...I do have some idea about this sort of thing, Jim, believe it or not. My dad practically disowned me when he found out that not only was I not a fundy like him, but that I was also not amenable to conversion. It was very traumatic, but at least our later partial reconciliation was based on who we each were. I didn't have to hide myself and present a false son for my father to fawn over. What did I have to gain by faking it, had I known how to at the time? Some good feelings, I suppose. More exposure to bigotry; more encouragement of it, by association. Inhibited personal growth and undermined self-worth, from what I have been able to tell through introspection. I am not being flippant, I am speaking from experience.
This here is valuable input, as opposed to trying to reduce the complexities of human social interactions and emotions to simple IF...THEN statements. They are not so simple, and to pretend that one can reduce them to a few simple statements is extremely misleading.
But, you continue to oversimplify what I am writing. I never said that one should
hide themself, "don't come out". I never said "live a lie". Care must be taken, and one must never
assume that just because it seems like the best thing for them, that all will agree, everything will be alright, and that whatever happens it will be for the best.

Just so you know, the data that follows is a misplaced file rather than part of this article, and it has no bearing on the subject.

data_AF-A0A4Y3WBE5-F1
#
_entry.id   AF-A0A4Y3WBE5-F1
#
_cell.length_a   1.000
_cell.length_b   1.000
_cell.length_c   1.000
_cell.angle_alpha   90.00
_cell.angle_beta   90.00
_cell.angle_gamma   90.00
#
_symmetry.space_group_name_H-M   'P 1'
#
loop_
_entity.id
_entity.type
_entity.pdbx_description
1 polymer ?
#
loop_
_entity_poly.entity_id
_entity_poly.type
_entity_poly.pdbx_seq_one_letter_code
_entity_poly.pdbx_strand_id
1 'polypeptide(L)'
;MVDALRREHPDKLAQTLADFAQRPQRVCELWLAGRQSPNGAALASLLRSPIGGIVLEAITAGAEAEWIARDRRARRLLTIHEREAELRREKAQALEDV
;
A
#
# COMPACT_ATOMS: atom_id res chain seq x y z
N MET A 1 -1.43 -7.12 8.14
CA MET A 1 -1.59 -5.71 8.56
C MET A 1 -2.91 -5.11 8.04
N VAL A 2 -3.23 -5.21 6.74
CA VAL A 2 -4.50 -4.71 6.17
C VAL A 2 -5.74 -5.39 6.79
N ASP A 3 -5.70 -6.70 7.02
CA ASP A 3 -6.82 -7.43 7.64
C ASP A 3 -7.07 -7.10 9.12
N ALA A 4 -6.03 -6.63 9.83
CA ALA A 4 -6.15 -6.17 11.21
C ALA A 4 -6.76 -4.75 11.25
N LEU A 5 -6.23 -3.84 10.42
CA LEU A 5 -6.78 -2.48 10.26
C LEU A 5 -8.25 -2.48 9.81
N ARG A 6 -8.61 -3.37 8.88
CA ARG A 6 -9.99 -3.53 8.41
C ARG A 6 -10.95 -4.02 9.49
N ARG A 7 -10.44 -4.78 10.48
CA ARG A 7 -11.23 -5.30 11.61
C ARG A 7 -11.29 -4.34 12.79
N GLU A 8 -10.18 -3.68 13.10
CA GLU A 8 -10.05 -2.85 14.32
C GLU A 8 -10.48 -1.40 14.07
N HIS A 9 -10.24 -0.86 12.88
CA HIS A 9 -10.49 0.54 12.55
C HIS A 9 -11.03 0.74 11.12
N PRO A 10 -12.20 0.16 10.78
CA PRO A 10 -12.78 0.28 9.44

You and L6 think that it's for the best if a relationship bursts when one guy's parents are shattered because they can't accept their child is not what they thought. That's great. For you and L6. Yeah, I guess the math adds up for that equation, too, so fine, your logic works. On the other hand, the guy may finally be "free" from the thing that was on his mind, but also forever miserable that the relationship is unrepairable, maybe more miserable than before. Yay.
Certainly the manner is something to consider. My reasoning above was based purely off of the transfer of information, without including how it is done. That's a whole discussion of its own, though.
The manner in which it's done is quite a part of the whole thing, isn't it? The same words, broached different ways, or at different times, can have different effect.
The alternative is to intentionally live a lie. How different is that, in principle, from embracing the religious self-delusion itself?
You oversimplify and mis-state. I have not told you about how I eat. How I eat is a cornerstone of my life... when I eat, my diet, my medical reasons for it, everything. In fact, it is much more important to me in my day to day life than my religion or lack of religion is. But, I haven't told you how much I hate eating ______ and how eating __________ gives me gas enough to clear a room in 30 seconds. Am I living a lie? Should I tell you? Should I tell all of my aunts an uncles too? Am I also to tell all about my bad bill paying habits? My health problems? Or how I detest housework? I must tell all or I am living a lie?
No, of course not. What I choose to tell or not tell is my own fucking business. If I choose to keep my own counsel, and keep silent about those things that I need no one else's opinion for, it is not living a lie. I can continue to go about my life as I please, and I am not bound to tell any particular person.